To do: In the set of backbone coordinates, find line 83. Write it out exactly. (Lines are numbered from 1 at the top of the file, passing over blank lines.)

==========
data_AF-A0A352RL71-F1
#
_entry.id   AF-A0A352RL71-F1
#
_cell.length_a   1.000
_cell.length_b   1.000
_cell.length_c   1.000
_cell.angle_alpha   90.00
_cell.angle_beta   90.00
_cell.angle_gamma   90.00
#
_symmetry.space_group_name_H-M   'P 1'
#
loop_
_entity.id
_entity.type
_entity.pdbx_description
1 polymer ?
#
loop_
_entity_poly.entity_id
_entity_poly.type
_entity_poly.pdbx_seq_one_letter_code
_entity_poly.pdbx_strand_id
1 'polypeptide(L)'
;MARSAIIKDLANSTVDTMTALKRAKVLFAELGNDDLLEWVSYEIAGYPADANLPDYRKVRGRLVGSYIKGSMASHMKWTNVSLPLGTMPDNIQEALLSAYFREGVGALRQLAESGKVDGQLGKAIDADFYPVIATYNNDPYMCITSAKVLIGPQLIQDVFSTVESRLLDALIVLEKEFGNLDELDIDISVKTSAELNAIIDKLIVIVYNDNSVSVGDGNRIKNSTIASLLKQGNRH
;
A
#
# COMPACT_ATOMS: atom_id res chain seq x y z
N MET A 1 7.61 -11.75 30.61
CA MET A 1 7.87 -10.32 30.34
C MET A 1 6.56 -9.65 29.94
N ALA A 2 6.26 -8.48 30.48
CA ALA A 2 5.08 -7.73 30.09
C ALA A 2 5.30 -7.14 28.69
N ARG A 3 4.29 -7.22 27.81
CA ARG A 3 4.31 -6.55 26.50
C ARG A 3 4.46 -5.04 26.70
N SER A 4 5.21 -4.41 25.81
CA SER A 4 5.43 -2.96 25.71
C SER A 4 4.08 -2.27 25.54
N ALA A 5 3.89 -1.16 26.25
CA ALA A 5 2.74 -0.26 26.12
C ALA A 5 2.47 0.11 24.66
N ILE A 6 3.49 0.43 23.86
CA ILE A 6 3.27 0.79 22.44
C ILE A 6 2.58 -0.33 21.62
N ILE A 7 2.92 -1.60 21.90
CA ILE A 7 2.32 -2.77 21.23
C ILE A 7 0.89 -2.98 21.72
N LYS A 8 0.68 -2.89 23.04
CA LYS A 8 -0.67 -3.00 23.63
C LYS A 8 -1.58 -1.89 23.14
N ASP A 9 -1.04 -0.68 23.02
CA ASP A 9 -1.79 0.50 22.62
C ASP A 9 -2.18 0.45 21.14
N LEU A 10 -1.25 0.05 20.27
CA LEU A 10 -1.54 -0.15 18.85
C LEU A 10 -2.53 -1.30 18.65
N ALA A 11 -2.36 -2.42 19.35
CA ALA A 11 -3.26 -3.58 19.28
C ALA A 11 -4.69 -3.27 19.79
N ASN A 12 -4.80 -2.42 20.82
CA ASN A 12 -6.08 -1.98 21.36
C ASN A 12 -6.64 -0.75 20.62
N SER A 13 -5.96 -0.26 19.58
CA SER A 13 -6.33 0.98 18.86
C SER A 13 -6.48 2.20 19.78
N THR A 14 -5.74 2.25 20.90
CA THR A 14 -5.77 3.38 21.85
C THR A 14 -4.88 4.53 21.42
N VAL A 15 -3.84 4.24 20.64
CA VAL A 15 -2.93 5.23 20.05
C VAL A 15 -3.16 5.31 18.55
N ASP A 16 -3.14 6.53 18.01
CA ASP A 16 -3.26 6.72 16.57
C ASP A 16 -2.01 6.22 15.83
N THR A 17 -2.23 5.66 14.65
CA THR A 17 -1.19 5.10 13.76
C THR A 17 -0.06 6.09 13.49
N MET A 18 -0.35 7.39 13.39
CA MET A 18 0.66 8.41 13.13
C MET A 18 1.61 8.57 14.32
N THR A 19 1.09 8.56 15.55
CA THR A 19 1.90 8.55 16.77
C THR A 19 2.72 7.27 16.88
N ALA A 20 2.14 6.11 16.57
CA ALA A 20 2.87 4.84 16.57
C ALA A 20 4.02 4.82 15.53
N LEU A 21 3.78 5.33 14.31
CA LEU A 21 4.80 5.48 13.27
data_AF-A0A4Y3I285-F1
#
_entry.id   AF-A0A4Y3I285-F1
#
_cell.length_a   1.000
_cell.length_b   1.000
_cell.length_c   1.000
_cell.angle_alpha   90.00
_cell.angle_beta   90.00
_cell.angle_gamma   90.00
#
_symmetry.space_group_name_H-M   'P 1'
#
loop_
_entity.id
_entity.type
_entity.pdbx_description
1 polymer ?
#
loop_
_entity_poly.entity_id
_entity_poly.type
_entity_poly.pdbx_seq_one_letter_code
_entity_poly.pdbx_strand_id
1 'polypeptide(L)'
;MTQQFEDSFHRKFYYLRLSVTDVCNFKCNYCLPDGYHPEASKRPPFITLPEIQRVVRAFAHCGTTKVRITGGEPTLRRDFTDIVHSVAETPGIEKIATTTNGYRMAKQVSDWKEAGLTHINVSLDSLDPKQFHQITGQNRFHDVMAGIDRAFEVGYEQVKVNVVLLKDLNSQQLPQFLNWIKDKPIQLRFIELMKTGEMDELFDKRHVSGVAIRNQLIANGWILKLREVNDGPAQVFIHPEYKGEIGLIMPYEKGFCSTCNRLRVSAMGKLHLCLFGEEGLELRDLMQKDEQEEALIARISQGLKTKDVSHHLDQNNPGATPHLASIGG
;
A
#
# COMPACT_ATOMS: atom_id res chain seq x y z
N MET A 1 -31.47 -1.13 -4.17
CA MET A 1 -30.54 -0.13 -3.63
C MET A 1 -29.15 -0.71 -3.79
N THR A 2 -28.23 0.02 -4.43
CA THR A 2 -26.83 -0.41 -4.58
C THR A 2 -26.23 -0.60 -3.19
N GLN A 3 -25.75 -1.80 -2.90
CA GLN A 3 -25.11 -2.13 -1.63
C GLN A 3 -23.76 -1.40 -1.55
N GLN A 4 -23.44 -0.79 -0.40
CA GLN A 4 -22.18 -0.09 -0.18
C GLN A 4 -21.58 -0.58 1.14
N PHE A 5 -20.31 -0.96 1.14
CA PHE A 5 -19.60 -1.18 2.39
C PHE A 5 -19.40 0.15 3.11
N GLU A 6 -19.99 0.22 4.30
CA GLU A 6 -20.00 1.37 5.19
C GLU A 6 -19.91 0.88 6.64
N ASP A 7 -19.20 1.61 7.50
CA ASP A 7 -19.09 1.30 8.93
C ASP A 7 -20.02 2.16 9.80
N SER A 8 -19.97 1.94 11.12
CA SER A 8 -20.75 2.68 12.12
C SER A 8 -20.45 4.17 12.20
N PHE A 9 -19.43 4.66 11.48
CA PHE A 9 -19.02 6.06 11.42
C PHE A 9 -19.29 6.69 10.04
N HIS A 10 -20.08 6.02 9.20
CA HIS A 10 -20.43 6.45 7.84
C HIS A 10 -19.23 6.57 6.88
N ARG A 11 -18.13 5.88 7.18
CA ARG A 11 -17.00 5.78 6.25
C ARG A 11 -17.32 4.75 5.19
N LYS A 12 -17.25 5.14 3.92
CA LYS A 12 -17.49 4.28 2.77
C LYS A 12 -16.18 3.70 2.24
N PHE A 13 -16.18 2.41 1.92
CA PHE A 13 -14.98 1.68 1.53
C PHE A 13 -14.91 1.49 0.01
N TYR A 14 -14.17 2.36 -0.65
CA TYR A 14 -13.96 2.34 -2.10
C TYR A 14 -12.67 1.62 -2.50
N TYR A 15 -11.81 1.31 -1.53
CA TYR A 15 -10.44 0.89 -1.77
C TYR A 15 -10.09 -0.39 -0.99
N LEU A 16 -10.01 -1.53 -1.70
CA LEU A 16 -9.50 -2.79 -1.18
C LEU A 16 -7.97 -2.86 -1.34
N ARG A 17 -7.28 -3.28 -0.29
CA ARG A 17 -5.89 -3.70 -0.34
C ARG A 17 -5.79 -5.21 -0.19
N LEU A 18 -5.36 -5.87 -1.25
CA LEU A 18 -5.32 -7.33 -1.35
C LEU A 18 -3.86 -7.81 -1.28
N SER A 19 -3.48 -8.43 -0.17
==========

CA MET A 18 0.66 8.41 13.13